Relying on science, social science, and common sense, the Supreme Court in Miller pointed to three significant characteristics differentiating juveniles from adult offenders for purposes of Eighth Amendment analysis. Miller, supra. First, children demonstrate a “ ‘lack of maturity and an underdeveloped sense of responsibility,’ leading to recklessness, impulsivity, and heedless risk-taking.” Id., quoting Roper, 543 U.S. at 569. Second, children “ ‘are more vulnerable ․ to negative influences and outside pressures,’ including from their family and peers; they have limited ‘contro[l] over their own environment’[;] and [they] lack the ability to extricate themselves from horrific, crime-producing settings.” Id., quoting Roper, supra. Finally, “a child's character is not as ‘well formed’ as an adult's; his traits are ‘less fixed’ and his actions less likely to be ‘evidence of irretrievabl[e] deprav[ity].’ ” Id., quoting Roper, supra at 570. In essence, these distinctive characteristics of youth, which do not vary based on the nature of the crime committed, “diminish the penological justifications for imposing the harshest sentences on juvenile offenders, even when they commit terrible crimes.” Id. at 2465.
The second strand of precedents underpinning Miller “prohibited mandatory imposition of capital punishment, requiring that sentencing authorities consider the characteristics of a defendant and the details of his offense before sentencing him to death.” Miller, 132 S.Ct. at 2463–2464. See, e.g., Eddings v. Oklahoma, 455 U.S. 104, 105, 110–112, 116, 102 S.Ct. 869, 71 L.Ed.2d 1 (1982) (Eighth Amendment prohibits imposition of death penalty absent individualized consideration of relevant mitigating evidence, including character and record of defendant and circumstances of offense); Lockett v. Ohio, 438 U.S. 586, 604–605, 608, 98 S.Ct. 2954, 57 L.Ed.2d 973 (1978) (plurality opinion) (same); Woodson v. North Carolina, 428 U.S. 280, 304, 96 S.Ct. 2978, 49 L.Ed.2d 944 (1976) (plurality opinion) (same). The Supreme Court recognized in Miller, based on its death penalty jurisprudence, that a defendant who is going to be subjected to a State's harshest penalty must “have an opportunity to advance, and the judge or jury a chance to assess, any mitigating factors, so that the death penalty is reserved only for the most culpable defendants committing the most serious offenses.” Miller, supra at 2467. In particular, “a sentencer [must] have the ability to consider the ‘mitigating qualities of youth.’ ” Id., quoting Johnson v. Texas, 509 U.S. 350, 367, 113 S.Ct. 2658, 125 L.Ed.2d 290 (1993).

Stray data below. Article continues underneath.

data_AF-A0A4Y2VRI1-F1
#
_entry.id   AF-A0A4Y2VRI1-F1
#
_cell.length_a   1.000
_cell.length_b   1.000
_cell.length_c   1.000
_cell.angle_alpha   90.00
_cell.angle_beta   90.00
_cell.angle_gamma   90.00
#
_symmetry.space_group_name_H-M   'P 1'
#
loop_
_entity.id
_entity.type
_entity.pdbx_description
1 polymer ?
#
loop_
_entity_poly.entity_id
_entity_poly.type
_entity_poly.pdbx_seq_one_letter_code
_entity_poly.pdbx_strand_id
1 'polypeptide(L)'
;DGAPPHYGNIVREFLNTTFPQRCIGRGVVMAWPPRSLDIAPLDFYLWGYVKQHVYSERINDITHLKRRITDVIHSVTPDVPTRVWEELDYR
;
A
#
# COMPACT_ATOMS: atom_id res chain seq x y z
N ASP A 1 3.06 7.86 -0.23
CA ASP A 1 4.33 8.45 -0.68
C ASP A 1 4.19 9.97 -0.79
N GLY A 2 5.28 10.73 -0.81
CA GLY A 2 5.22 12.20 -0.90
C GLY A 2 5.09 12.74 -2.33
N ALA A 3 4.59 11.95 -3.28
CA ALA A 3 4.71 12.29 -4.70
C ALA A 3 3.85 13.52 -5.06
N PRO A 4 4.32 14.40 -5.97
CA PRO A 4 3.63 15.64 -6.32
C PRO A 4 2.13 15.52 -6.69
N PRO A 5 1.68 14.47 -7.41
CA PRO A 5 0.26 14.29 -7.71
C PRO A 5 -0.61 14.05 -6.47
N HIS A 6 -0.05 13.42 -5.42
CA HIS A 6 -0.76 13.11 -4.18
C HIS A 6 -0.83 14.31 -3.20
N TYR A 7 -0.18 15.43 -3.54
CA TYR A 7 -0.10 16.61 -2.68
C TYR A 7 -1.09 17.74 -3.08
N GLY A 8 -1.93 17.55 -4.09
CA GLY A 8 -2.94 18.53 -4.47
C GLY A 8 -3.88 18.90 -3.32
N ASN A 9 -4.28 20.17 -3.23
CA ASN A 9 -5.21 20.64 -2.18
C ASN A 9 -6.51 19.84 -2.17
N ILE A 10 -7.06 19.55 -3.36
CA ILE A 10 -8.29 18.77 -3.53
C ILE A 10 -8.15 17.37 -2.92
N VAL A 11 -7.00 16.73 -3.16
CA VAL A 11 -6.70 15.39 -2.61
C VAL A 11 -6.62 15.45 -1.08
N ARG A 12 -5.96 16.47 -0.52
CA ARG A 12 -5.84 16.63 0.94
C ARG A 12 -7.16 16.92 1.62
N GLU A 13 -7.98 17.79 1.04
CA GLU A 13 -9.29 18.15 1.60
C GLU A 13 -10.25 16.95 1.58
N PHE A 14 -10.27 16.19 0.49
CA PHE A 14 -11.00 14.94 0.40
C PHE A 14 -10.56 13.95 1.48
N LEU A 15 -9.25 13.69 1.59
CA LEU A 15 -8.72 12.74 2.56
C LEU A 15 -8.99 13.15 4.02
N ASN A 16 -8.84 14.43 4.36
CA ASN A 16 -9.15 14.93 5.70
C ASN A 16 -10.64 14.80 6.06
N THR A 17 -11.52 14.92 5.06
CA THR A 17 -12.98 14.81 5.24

The confluence of these two strands of precedents led the Supreme Court to conclude in Miller that a sentencing scheme that punishes offenders who commit murder when they are under the age of eighteen by imposing a mandatory sentence of life in prison without the possibility of parole wholly precludes consideration of the unique characteristics of juvenile offenders and “disregards the possibility of rehabilitation even when the circumstances most suggest it.” Id. at 2468. Such a sentencing scheme violates the principle of proportionality and, therefore, the Eighth Amendment's prohibition on cruel and unusual punishment. Id. at 2469, 2475. The Supreme Court declined to consider whether the Eighth Amendment requires a “categorical bar” on the imposition of life without parole for juveniles who commit murder. Id. at 2469. Nonetheless, the Court said that, given the “diminished culpability” of juveniles and their “heightened capacity for change,” those occasions when juveniles will be sentenced to the “harshest possible penalty will be uncommon.” Id. In any event, an individualized hearing must be held prior to the imposition of such a sentence so that a judge or jury can have the opportunity to consider mitigating evidence that would counsel against a sentence of life in prison without the possibility of parole. Id. at 2469, 2475.
2. Retroactivity of Miller. The relevance of Miller to our consideration of the constitutionality of the Massachusetts sentencing scheme for murder in the first degree, G.L. c. 265, § 2, as applied to Diatchenko, turns on whether Miller is retroactive. More specifically, because the Supreme Court's decision in Miller was issued after Diatchenko's conviction had become final, we must decide whether its holding applies retroactively to cases on collateral review. The Court did not explicitly state whether Miller has retroactive application. Diatchenko argues that it does, and we agree.